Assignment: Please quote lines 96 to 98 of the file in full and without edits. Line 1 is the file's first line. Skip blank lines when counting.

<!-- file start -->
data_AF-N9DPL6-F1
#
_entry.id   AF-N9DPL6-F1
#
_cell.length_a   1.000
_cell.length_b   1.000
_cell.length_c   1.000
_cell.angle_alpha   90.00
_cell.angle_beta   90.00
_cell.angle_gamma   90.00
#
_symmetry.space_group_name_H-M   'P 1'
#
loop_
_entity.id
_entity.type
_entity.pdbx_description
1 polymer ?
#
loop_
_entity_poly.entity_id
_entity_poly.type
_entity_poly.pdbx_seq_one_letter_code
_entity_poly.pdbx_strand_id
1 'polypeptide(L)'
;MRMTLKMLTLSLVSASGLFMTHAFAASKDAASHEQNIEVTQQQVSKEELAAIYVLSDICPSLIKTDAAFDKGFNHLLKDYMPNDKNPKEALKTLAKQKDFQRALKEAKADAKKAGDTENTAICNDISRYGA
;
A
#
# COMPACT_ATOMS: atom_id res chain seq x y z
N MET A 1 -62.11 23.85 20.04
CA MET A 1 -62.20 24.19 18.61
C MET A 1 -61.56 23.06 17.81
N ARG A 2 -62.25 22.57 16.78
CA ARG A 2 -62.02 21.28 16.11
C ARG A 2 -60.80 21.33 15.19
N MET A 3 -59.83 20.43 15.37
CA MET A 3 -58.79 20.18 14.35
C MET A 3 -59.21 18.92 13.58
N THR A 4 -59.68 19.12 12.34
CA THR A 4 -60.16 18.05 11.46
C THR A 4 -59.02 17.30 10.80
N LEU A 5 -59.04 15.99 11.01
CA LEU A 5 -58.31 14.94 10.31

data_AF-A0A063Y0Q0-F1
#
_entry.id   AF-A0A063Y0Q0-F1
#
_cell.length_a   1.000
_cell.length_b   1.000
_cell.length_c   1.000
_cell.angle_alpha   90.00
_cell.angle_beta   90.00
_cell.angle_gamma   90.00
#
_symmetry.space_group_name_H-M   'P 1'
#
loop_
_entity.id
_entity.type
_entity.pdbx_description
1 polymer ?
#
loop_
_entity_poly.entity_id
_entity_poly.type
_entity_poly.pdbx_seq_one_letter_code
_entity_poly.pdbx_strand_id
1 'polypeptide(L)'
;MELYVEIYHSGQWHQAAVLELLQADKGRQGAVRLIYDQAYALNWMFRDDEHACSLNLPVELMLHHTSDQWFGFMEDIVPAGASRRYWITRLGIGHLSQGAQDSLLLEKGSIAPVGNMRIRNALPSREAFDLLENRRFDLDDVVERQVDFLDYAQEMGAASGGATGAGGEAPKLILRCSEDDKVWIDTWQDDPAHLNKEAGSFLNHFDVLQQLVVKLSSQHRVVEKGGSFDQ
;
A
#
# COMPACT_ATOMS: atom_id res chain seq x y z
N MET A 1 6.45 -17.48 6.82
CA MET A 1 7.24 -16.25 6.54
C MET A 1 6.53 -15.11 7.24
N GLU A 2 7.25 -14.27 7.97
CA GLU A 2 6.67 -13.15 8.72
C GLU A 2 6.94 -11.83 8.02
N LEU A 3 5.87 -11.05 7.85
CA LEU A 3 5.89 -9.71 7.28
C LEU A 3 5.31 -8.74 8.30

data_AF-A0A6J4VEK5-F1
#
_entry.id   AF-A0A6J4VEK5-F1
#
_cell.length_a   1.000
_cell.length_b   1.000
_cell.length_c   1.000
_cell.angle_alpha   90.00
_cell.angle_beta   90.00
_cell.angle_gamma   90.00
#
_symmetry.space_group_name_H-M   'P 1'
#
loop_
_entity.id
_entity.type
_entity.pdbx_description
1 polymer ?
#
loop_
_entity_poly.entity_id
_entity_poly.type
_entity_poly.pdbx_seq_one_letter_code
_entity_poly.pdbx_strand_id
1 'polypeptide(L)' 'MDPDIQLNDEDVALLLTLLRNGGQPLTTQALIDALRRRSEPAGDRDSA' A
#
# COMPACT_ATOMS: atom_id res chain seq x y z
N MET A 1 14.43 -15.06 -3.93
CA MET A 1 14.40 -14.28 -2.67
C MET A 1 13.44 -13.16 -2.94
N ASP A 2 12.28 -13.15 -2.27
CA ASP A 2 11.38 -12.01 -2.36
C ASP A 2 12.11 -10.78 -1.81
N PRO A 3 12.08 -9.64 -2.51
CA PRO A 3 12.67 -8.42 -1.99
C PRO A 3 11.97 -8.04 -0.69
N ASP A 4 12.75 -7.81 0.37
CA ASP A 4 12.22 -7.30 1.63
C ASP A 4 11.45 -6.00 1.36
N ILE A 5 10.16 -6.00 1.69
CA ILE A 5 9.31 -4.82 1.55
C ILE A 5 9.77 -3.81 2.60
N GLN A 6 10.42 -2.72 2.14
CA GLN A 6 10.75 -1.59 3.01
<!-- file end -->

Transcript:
#
loop_
_entity.id